• Spring-time view of the seashore, with shorebirds returning to the surf.

    Cape Hatteras

    National Seashore North Carolina

Pedestrian Access Open to Cape Point

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Date: July 17, 2009

           CONTACT: 252-473-2111, ext. 148

         

Pedestrian Access Open to Cape Point

 

Superintendent Mike Murray announced today that the east side of Cape Point has reopened to pedestrian access, effective immediately, via a pedestrian access corridor that begins about 60 meters south of Ramp 44.  Although the remaining piping plover chicks in the Cape Point area had fledged by last week, access to the Point has remained closed due to a resource protection closure for American oystercatcher (AMOY) chicks south of Ramp 44. The AMOY chicks, which are provided a 200 meter buffer under the consent decree, have now fledged and the access corridor has reopened to pedestrian access. Because young AMOY fledglings are relatively big birds and weak flyers, and are less capable of getting out of the way of moving vehicles or pets off leash than are the fledglings of smaller shorebird species, there is a two week waiting period after AMOY chicks fledge before an area is reopened to ORVs or pets. It is expected that the access corridor to the Point will reopen to ORV access and pets in about two weeks, provided no new resource closures occur in the area.

 

Under the consent decree, the prenesting areas are to remain in place “until the later of July 15 or two weeks after the last chicks within the area have fledged, as determined by two consecutive monitoring events.” Other closures, outside of the prenesting closures that were established based on observed shorebird breeding behavior, are to remain in place, depending upon the circumstances, until at least two weeks after a nest is lost to see if the birds renest, or until all chicks have fledged. Colonial waterbird nests and chicks and American oystercatcher chicks are still present west of Cape Point and in the eastern portion of South Beach. The prenesting areas and other resource protection areas that were established in these locations earlier in the season will remain posted until nesting and chick rearing activity is completed and the prescribed reopening criteria have been met.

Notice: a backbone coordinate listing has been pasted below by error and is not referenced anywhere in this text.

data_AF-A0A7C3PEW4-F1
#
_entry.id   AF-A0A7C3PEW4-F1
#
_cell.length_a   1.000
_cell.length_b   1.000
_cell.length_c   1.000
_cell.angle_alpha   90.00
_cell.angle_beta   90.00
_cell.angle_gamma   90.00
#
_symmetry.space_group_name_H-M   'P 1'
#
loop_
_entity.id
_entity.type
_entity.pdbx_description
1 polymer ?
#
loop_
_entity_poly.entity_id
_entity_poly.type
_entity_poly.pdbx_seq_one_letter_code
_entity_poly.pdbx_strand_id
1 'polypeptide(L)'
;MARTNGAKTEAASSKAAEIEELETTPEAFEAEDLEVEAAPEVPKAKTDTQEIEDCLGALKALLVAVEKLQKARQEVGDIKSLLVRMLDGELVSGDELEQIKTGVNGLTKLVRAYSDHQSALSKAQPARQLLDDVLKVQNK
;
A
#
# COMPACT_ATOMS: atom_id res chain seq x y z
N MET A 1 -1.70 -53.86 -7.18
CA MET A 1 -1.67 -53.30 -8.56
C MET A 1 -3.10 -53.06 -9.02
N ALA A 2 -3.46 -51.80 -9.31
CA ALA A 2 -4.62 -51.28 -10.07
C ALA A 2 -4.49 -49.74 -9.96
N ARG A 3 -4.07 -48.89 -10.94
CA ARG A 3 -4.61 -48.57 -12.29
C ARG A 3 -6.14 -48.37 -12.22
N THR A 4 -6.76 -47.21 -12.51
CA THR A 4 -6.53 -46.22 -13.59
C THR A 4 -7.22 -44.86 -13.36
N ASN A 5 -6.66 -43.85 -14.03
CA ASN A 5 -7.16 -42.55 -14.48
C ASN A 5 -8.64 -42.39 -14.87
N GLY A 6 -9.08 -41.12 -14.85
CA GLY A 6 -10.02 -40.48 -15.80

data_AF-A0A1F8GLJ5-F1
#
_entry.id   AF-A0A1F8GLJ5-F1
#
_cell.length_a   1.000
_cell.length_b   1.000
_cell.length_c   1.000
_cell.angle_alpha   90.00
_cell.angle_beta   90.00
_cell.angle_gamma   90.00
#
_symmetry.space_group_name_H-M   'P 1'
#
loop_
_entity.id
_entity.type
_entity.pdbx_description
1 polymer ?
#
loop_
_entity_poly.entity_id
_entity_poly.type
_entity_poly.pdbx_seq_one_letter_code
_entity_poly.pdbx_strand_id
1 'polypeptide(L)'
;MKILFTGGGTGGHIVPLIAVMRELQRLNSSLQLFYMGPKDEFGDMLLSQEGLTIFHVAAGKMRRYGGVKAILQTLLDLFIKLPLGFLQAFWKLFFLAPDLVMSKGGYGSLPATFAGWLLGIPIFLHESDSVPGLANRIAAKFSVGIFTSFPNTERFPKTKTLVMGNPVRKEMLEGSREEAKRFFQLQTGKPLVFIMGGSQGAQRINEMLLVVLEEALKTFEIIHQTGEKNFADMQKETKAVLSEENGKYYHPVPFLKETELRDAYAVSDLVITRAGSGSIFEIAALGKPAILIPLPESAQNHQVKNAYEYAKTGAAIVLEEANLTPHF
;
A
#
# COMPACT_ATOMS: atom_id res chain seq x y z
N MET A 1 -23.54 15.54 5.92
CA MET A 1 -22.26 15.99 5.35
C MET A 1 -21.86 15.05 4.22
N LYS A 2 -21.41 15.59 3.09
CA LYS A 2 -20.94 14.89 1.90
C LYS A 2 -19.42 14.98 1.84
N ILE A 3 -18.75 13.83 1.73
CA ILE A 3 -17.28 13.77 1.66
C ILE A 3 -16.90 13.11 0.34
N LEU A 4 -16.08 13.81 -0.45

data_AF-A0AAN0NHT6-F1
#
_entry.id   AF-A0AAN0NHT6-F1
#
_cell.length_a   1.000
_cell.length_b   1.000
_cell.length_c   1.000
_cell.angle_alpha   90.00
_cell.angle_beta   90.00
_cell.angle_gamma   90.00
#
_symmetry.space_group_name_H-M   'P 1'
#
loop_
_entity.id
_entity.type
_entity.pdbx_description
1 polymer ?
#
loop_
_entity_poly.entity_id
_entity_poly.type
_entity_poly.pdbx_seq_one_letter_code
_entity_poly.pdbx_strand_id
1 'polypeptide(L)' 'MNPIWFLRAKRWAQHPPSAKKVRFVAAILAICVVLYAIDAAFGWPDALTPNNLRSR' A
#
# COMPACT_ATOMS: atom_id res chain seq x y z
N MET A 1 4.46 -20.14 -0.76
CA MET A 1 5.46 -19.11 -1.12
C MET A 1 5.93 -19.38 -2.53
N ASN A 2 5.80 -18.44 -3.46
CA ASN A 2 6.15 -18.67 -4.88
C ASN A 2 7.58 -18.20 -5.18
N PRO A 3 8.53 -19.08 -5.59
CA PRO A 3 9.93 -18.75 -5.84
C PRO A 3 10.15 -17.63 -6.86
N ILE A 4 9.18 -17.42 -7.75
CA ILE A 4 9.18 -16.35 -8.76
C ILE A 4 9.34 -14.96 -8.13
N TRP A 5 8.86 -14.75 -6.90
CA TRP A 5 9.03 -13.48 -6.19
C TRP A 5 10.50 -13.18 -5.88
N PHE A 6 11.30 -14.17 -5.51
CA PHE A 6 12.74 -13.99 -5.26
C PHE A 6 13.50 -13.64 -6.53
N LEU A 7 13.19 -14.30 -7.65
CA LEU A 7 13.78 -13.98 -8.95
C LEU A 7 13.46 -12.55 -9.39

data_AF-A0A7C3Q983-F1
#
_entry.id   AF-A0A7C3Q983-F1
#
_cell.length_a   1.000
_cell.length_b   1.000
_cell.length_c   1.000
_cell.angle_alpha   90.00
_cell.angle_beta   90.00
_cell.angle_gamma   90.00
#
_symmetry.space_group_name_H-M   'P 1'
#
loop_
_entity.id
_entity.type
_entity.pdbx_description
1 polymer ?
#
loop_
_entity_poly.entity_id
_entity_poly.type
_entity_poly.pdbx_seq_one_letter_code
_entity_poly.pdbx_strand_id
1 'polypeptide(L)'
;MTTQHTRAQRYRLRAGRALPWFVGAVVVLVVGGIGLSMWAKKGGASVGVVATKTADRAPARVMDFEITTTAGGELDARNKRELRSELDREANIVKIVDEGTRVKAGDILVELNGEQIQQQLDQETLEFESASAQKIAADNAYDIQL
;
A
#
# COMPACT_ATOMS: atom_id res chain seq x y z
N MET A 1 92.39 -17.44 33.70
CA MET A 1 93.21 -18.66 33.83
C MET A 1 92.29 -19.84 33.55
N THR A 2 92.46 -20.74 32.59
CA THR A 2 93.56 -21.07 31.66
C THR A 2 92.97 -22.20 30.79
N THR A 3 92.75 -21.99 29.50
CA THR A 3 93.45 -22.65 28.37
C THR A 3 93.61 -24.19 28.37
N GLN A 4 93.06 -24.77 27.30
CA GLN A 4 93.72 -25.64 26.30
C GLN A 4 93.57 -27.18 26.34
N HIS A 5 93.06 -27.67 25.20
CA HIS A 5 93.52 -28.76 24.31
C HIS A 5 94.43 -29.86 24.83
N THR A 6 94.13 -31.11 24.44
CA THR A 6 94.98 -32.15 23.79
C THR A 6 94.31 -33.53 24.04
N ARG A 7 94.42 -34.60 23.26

As a result of the reopening of pedestrian access to Cape Point, of 66.8 miles of Seashore beaches, approximately 24.7 miles are open to ORVs and pedestrians, 26.8 miles are open to pedestrians only, 4.2 miles have limited access for pedestrians only (i.e., “open” areas sandwiched between two closures), and 11.1 miles are fully closed to visitors to protect park resources. Currently, ramps 4, 30, 34, 38, 43, 44, 49, 55, 59, 67, 68, 70, and 72 are open; and ramps 23, 27 and 45 are closed.

 

Temporary resource protection areas are established to protect threatened and endangered species, including piping plovers and sea turtles, as well as state or federal species of concern, including American oystercatchers and colonial waterbirds (terns and black skimmers). For more information, call 252-473-2111 ext. 148.

 

-NPS-

Did You Know?

Giant Water Flea

This is not a space alien, even though it has a transparent body, wings, and a very large eye. Giant water fleas grow up to 2 cm long, and are a food source for small fish that shelter in the sound. You can swim with them in the sound-side waters off Cape Hatteras National Seashore.